Concurrency and shared library issues

There's an old proverb: "Be careful what you ask for--you might get it." This definitely applies to preemptive multitasking. It solves many problems, but like any panacea, it introduces new ones. The big problem for preemptive scheduling is concurrency and synchronization. If multiple threads are changing or reading data structures at the same time, the chance that the data structures will be consistent is about nil.

One approach is to require that every object in the system be safe for use by multiple concurrent threads. This works, but has a big performance impact and very little benefit. For example, consider an object A, which is built out of other objects B, C, D, and E, which are all safe for use by multiple threads. This does not mean that A is therefore safe for use by multiple threads. Although B, C, D, and E all separately preserve their individual invariants, that doesn't mean that A's invariants are preserved. In fact, in making A multithread safe, it is often the case that the components' being multithread safe is of little or no use, as it is A in its entirety which must be synchronized.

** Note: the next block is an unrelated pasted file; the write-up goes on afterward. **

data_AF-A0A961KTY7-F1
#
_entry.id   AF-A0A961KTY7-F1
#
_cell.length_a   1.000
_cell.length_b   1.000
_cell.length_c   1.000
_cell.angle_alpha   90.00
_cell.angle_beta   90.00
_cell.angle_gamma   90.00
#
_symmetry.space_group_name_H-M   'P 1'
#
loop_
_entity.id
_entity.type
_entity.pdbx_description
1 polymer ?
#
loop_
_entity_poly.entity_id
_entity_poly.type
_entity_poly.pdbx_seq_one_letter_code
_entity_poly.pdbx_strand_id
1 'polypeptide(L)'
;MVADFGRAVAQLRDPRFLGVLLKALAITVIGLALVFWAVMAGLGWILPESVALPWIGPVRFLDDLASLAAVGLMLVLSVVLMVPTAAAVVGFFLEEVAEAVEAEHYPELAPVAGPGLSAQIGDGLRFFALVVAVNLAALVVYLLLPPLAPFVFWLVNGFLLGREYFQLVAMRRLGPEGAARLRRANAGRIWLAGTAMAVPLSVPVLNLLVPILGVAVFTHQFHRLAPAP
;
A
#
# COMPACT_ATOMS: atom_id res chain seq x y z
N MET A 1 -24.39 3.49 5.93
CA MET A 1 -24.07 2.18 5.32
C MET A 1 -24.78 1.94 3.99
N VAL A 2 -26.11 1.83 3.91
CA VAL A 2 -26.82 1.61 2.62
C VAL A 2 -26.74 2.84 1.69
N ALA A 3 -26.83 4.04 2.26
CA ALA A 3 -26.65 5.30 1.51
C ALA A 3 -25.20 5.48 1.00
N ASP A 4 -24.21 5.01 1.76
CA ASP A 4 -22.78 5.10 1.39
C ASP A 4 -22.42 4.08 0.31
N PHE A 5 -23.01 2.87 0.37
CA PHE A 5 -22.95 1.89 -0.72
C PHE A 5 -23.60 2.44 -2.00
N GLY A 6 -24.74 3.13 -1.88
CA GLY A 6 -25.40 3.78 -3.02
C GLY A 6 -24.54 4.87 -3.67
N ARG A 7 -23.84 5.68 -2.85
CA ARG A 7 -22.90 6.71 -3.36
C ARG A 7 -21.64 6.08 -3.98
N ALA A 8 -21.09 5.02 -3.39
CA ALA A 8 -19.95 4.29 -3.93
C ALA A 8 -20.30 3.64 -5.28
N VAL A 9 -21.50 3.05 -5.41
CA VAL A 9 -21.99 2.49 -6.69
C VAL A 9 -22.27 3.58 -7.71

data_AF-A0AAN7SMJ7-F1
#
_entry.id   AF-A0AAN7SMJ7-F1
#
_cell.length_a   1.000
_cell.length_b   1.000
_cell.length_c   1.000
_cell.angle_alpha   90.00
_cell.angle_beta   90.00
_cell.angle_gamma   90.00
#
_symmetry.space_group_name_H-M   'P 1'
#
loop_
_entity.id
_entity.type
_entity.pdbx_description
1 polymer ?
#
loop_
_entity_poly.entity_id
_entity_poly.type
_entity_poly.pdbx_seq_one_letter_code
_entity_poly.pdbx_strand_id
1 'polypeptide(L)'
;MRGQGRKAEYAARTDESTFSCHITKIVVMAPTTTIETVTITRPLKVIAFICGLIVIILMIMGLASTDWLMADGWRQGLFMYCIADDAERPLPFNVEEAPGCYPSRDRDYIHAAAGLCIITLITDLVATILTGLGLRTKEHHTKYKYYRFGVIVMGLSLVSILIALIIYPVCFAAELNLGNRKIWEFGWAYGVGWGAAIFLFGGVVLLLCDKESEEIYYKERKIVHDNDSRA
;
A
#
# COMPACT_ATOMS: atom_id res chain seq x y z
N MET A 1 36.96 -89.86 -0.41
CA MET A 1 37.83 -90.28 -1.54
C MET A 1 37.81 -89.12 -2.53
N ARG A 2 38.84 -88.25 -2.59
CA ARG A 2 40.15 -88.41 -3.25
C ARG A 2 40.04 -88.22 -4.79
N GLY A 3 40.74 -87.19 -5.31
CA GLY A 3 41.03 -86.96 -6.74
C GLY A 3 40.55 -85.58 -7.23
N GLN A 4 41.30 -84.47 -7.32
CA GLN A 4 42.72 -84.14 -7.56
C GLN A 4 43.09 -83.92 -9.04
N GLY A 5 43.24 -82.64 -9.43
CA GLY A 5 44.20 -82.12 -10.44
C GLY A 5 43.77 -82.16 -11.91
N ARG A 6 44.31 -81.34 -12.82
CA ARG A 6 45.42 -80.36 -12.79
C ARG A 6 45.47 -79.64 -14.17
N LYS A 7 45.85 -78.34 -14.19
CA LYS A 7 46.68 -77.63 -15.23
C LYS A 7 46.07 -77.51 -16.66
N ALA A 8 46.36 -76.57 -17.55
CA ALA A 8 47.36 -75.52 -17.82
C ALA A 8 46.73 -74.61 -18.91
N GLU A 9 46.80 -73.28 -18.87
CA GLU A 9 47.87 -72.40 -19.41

Therefore, synchronize high-level constructs only; avoid synchronization at a low level because it has storage and time penalties. There are some exceptions; Taligent's MReferenceCounted is multithread safe because it enables programming that is also multithread safe without any additional overhead (see "Surrogate objects" on page 121). However, the Collection classes are not multithread safe because you usually use them to construct other objects, rather than access them directly from multiple threads.

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